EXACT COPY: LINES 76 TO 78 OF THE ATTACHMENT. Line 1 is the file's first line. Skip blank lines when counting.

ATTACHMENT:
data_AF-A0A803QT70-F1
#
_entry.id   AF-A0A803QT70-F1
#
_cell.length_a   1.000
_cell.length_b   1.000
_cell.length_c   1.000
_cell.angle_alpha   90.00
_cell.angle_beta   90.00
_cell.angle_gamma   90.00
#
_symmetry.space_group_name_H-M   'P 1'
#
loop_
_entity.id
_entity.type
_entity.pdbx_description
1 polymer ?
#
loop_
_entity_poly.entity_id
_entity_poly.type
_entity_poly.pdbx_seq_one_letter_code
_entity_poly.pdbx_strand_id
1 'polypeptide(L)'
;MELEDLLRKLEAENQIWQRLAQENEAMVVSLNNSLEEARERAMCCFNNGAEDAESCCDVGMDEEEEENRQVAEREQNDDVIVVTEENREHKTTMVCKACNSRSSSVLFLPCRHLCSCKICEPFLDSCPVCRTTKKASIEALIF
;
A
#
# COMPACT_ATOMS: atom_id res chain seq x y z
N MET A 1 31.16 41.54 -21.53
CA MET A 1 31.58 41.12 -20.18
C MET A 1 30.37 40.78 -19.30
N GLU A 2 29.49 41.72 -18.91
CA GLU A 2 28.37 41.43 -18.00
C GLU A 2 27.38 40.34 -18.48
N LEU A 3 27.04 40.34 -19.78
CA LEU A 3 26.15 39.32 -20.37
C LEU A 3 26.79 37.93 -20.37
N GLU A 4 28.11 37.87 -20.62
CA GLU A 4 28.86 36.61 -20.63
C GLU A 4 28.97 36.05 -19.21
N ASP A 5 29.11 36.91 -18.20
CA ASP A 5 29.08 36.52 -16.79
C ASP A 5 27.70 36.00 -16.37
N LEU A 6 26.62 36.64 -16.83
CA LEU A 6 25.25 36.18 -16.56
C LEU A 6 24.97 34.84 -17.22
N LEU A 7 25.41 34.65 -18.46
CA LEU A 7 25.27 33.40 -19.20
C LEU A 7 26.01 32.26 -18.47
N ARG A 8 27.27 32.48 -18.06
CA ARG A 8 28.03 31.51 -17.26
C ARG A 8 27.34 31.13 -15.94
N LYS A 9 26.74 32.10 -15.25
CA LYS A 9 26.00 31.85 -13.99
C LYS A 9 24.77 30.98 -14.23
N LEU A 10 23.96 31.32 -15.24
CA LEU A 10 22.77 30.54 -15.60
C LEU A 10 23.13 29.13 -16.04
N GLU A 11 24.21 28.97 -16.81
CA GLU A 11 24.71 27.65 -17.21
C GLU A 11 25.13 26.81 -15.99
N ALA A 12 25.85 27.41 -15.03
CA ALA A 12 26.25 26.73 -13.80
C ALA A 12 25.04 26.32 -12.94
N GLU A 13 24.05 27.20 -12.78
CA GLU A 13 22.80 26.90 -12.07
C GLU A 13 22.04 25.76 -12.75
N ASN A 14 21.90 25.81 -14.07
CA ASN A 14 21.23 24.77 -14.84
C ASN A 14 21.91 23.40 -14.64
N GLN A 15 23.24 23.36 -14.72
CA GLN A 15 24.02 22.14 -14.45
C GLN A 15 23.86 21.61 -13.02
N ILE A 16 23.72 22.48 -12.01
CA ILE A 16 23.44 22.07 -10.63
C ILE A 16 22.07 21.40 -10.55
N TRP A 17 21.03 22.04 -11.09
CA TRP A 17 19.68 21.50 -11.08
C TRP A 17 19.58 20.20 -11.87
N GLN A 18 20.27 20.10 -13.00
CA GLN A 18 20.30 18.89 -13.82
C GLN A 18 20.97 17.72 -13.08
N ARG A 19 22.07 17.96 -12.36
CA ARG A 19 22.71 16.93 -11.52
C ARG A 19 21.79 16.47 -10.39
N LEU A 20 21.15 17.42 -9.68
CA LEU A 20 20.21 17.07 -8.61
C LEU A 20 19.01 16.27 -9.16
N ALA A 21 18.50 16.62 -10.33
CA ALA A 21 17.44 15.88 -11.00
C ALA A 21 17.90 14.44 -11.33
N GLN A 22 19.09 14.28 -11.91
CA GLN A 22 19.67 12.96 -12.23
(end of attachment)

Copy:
N ILE A 16 23.72 22.48 -12.01
CA ILE A 16 23.44 22.07 -10.63
C ILE A 16 22.07 21.40 -10.55